Wednesday, February 18, 2009

Brave New World

~hat tip to Adoro via Twitter. Screening embryos at Slate:
Two months ago, the Fertility Institutes, an assisted reproduction company headquartered in Los Angeles, began advertising the "pending availability" of genetic tests that would offer "a preselected choice of gender, eye color, hair color and complexion" in artificially conceived children. On Thursday, Gautam Naik of the Wall Street Journal reported that "half a dozen" potential clients had contacted the company to request such tests. As of today, the tests still aren't for sale. But several trends are converging to make aesthetic trait selection an impending business.

1. Embryo screening has become permanently entrenched. By now, tens of thousands of embryos have been screened for quality and potential disease, thanks to preimplantation genetic diagnosis. Culturally and politically, there's no going back.

2. Screening is steadily expanding to traits that are less medically important. We're examining and discarding embryos for flaws that are less lethal, less harmful, less likely to cause disease, and less likely to strike early in life. Two years ago, British regulators approved PGD to get rid of embryos that might become grotesquely cross-eyed. At the time, the head of the clinic that pioneered this use of PGD predicted, "We will increasingly see the use of embryo screening for severe cosmetic conditions."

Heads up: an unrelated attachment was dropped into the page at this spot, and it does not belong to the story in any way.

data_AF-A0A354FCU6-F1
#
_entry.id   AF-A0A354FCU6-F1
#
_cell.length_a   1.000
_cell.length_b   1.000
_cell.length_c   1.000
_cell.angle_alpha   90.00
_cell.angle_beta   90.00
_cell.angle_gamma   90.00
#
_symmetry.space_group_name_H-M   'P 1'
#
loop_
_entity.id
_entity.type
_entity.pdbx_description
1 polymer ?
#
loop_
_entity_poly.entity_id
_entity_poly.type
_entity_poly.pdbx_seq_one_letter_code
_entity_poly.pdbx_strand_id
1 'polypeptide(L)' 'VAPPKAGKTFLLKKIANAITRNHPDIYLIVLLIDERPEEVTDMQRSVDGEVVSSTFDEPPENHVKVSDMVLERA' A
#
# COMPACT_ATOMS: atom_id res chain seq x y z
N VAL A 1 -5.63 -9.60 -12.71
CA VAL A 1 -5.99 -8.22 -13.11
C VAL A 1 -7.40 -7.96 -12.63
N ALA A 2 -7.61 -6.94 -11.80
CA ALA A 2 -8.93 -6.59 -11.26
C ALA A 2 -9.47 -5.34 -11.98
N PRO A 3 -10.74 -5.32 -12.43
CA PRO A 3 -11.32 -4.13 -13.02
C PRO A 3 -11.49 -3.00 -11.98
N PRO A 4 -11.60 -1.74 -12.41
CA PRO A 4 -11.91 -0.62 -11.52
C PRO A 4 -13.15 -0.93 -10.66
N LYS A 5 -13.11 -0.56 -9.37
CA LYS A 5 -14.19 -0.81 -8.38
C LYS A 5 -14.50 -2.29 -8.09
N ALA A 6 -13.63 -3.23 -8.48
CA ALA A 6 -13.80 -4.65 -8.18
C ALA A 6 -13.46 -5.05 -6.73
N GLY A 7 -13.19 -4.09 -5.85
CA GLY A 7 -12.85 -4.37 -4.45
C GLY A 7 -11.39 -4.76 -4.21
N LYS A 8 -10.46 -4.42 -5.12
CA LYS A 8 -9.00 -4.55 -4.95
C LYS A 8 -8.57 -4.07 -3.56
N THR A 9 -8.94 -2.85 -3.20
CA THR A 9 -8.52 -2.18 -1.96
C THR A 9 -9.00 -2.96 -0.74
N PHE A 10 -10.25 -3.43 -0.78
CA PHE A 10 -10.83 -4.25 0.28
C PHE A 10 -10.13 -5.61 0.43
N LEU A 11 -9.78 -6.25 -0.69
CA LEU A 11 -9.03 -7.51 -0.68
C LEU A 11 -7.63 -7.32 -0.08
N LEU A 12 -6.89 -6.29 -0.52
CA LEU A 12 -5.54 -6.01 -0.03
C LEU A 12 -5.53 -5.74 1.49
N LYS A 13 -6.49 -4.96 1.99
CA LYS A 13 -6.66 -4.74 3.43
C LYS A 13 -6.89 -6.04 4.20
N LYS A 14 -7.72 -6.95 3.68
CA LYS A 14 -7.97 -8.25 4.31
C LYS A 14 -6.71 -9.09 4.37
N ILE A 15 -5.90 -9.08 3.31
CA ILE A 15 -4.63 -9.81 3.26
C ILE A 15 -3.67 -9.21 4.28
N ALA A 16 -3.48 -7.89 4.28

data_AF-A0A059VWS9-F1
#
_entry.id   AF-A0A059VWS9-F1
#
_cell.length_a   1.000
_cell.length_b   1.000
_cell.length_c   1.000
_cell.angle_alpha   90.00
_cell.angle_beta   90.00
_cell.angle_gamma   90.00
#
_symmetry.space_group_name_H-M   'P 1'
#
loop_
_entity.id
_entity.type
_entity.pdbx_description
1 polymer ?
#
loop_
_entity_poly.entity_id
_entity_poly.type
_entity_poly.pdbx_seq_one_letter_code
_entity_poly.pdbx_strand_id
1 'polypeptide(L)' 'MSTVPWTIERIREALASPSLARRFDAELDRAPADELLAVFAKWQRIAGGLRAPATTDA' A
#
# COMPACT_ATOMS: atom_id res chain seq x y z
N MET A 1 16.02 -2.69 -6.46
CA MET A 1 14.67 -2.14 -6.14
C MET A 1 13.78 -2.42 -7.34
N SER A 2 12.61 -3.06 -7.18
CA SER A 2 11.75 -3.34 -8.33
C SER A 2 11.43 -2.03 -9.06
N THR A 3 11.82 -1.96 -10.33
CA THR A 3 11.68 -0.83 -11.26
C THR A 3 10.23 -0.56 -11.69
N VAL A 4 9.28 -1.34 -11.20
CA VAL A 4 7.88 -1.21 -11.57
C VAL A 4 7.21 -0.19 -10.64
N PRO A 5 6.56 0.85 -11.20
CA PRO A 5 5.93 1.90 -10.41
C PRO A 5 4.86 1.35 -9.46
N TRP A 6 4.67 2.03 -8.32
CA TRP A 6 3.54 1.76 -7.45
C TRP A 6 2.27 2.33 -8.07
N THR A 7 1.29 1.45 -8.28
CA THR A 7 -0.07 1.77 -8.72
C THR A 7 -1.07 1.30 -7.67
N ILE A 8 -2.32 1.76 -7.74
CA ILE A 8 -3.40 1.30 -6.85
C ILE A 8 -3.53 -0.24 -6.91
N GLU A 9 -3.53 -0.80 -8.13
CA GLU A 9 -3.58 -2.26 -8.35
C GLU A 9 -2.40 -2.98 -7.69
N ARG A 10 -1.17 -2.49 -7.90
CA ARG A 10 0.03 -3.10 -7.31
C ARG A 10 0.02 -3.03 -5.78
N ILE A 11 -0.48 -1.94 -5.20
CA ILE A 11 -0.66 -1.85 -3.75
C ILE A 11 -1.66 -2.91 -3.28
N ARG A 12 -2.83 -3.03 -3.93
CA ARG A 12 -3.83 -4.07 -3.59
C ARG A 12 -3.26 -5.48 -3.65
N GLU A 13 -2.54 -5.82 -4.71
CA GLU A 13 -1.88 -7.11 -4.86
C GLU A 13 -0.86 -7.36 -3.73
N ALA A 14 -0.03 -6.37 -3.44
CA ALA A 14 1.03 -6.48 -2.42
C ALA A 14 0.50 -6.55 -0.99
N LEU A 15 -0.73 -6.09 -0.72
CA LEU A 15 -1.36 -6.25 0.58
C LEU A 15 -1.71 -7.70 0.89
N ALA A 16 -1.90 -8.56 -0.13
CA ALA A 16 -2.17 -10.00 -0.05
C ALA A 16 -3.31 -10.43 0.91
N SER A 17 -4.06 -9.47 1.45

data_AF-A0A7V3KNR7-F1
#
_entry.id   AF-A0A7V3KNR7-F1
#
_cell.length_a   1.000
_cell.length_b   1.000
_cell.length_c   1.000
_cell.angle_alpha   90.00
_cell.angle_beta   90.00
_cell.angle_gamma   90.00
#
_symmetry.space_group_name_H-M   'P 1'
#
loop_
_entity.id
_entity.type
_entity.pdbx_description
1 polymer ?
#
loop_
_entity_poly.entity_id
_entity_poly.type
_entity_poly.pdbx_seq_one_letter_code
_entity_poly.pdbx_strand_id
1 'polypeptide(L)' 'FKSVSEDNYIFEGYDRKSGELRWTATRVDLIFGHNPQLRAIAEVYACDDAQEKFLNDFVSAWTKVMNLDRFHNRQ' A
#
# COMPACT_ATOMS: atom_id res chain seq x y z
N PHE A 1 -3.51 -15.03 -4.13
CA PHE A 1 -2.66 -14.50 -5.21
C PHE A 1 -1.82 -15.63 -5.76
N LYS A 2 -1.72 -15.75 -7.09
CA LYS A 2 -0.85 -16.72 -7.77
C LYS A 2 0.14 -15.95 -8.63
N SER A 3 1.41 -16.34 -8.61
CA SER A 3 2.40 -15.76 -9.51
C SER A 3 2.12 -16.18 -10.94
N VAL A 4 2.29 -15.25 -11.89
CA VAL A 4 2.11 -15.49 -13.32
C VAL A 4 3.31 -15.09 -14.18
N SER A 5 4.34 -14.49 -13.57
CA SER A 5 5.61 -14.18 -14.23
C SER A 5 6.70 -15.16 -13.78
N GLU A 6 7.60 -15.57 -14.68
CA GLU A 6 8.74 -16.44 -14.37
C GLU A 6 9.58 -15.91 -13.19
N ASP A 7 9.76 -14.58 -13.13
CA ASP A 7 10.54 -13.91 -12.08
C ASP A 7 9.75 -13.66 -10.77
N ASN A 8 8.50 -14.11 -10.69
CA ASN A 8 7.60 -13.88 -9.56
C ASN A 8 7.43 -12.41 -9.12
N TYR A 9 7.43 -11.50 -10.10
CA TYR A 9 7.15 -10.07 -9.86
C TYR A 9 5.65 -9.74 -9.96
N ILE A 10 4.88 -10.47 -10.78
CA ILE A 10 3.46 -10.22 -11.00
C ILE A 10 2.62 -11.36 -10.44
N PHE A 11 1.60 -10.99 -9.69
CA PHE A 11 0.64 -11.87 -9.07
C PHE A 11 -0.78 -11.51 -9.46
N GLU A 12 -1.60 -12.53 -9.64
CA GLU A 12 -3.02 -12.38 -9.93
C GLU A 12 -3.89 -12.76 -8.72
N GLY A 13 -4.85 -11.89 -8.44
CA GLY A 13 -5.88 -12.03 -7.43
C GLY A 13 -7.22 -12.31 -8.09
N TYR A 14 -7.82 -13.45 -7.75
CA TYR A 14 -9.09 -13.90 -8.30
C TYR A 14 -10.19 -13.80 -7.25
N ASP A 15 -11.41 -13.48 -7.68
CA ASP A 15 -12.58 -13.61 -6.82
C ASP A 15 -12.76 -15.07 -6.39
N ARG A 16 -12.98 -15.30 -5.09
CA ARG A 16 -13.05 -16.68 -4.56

3. Aesthetic screening is spreading. Once you're screening for "severe" cosmetic conditions, you can no longer rule out other cosmetic criteria. The principal gateway to aesthetic use of PGD is sex selection. Worldwide, the number of embryos and fetuses discarded for being the wrong sex is in the millions. In this country, the number of clients paying for sex-selective PGD is in the thousands and growing. Nearly half of U.S. clinics that offer PGD have used it for nonmedical sex selection, and 40 percent of Americans approve of this practice. The Fertility Institutes explicitly frames eye, hair, and skin color selection as an extension of sex selection. Read more
Is there any way of stopping this rush to jump into the precipice?

No comments: